Ambassador Legendre: It is crucial to France. I learned Arabic, which led me to specialize in this region. I worked on many issues, starting with Yemen, then Algeria, followed by the Middle East, at the United Nations and the minister’s office. For France, it’s a very strategic region because it’s so close. We are neighbours, and so anything that affects this region will affect Europe. Take the example of Syria. When you think of Syria and the Syrian crisis, its political impact on Europe is enormous. In a way, the influx of Syrian refugees, which is tragic, has had a lot of influence on politics in Europe. Think about the UK. Think about the debate that happened around Brexit. And then you see the interconnection of all these points and dots between the Middle East and Europe. So for us, it’s critical in terms of stability of security. It is also an area where historically, as you mentioned, we have had solid ties for a lot of time. We have this colonial history, and that’s not always an easy heritage to work with. I think we’ve made a lot of effort to be very transparent about our colonial heritage. It’s an effort that is continuing. This region is emotionally significant for us. For instance, in the case of Lebanon, you saw that President Macron went twice on the ground just after the explosion on the fourth of August. Lebanon is critical to the French people, and I think the reverse is true. We will not give up on Lebanon because we have this friendly, deeply rooted friendship with Lebanon and other countries in the region. Many French people have roots and ties with this part of the world. It’s not only part of our history, but it’s also part of the fabric of our society.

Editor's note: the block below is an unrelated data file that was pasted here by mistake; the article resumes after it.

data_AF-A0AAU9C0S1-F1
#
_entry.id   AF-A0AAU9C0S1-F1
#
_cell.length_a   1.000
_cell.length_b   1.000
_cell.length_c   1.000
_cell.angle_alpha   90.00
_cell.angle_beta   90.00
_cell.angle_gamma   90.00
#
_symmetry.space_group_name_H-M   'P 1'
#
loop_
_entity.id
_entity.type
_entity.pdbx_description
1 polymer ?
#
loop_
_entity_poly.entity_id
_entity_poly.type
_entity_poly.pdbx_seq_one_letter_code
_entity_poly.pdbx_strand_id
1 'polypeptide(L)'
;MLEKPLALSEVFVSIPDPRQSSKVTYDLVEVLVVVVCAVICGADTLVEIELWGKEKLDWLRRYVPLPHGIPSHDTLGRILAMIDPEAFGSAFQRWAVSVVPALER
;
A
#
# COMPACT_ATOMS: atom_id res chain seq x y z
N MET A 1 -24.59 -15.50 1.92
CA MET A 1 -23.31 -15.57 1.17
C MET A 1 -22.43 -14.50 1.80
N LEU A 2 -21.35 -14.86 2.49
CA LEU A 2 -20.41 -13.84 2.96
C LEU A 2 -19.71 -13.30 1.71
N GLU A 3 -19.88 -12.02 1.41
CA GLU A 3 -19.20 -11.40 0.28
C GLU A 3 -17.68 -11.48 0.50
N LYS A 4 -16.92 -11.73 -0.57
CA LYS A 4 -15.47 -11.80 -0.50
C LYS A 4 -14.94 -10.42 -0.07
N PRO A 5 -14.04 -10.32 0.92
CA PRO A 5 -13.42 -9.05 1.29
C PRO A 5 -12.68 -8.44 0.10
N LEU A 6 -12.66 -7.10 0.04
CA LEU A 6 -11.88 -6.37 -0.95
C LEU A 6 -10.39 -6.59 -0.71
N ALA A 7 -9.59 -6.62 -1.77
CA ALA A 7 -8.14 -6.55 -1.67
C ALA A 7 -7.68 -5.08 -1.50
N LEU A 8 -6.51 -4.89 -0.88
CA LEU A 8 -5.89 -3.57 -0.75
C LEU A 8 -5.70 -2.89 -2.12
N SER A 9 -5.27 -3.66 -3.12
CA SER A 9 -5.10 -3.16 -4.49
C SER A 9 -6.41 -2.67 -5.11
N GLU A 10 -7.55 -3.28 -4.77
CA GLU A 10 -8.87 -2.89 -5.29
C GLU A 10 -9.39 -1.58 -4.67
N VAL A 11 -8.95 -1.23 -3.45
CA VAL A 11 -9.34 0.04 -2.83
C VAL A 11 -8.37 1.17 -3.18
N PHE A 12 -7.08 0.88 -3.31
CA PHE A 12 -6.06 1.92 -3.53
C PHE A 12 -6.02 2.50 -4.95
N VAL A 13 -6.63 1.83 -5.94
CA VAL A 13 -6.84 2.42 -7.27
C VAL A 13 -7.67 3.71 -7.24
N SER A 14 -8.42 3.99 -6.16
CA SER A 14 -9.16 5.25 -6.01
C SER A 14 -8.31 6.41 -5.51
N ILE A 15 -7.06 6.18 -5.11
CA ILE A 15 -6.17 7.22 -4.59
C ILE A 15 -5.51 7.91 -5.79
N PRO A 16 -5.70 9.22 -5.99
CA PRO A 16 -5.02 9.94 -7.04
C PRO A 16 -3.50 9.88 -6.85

AT: You arrived in Kuwait at a very challenging time. And how do you think Kuwait has dealt with the pandemic so far?
Ambassador Legendre: The pandemic has been such an unprecedented phenomenon. You can see all the countries adjusting with the knowledge they are getting. For a very long time at the start, we didn’t even know the virus very well. Now we have the science, and countries are adjusting to help their populations cope with the pandemic. I arrived in a time of lockdown, but I left New York City in a time of lockdown as well. It was peculiar and bizarre to leave New York without bidding farewell to everybody after four years and then arrive in Kuwait and not be able to meet as widely, you know, I as I would love to. I haven’t seen the French Community. We haven’t been able to do a big gathering. So this makes it very challenging for diplomats. The vaccination is well underway in Kuwait. And I want to thank the Kuwaiti societies, and especially, you know, the front liners because I know they’re on the ground every day providing us with the best services. We’ve been all imppressed with the way the vaccination process has been going. This will help the country get back to normalcy. Now we can see that France is precisely the same way. The whole focus is about vaccination as fast as possible.
AT: There have been reports of protests and against the vaccination and COVID restrictions in France. How challenging and essential it is to reach out to people who refuse vaccination?